• Easy IT is enough
  • Hard IT isnt worth it
  • Benefits are not worth the difficulty, cost,
    risk
  • Bases of competition include
  • Commodity prices
  • Efficiency of manual labor
  • Relationships / network
  • Physical Barriers to Entry
  • Examples
  • Mining
  • Auto repair
  • Farming
  • Real Estate
  • Pipelines
  • Farming
  • Utilities

32
Low vs. High IT Industries
  • Examples
  • Wholesale trade
  • Financial Services
  • Industrial Machinery
  • Electronics
  • Health Services
  • Printing and Publishing
  • Transportation Services
  • Apparel
  • High IT Industries
  • Easy IT is not enough
  • Must also invest in hard IT
  • Bases of Competition include
  • Structured multi-party Coordination
  • Execution of operational processes
  • Speed, accuracy, consistency, etc.

33
The mid 1990s
  • Hard IT became more available in mid 1990s
  • Packaged enterprise and extra-enterprise
    applications
  • Enterprise Resource Planning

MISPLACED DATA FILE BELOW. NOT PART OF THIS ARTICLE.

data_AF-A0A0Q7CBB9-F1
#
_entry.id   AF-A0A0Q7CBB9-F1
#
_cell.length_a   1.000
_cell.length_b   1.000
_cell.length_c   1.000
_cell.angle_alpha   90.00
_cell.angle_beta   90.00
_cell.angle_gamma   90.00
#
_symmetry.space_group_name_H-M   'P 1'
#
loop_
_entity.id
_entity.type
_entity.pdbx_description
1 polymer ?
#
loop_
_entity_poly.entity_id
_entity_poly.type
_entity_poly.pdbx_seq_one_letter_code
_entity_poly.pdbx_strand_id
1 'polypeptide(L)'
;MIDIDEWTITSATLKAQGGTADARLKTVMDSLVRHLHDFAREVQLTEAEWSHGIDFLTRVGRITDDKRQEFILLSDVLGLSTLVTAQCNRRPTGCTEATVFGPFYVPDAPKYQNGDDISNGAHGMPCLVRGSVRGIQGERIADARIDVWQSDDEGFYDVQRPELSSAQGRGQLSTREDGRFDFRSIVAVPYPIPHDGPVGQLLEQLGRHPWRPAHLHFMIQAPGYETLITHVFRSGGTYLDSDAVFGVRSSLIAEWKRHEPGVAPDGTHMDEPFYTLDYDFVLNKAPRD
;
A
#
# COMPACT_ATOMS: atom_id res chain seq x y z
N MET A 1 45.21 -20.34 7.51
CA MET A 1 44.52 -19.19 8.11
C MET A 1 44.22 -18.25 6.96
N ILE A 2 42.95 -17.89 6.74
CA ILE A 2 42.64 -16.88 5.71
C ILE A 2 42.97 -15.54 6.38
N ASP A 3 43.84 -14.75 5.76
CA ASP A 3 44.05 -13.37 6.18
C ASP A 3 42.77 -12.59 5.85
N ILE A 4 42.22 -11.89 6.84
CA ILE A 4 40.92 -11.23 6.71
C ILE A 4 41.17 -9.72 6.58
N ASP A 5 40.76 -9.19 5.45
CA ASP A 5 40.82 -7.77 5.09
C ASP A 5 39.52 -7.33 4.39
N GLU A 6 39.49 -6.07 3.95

• Supply Chain Management
  • Customer Relationship Management
  • The Internet
  • Process span not limited by network availability,
    transmission cost

34
Future Work
  • IT penetration rates, investment levels
  • By application category (easy vs. hard)
  • By industry
  • By year
  • Articulation of easy vs. hard IT
  • Business process imposition
  • Fit?
  • Technical considerations?

35
IT Endowments
  • Within IT strategy literature
  • Exploitation
  • Selection, Fit
  • Acquisition
  • Expense, technical difficulties (coding)
  • From other IT literature
  • Technology Introduction organization change
  • Enterprise application implementation failure
    rates 30-75
  • McDonagh (2001) extant empirical research
    supports the assertion that economic and
    technical considerations are unlikely to feature
    prominently when IT fails to deliver,
  • Failure rates for email, word processing,
    business intelligence?
About PowerShow.com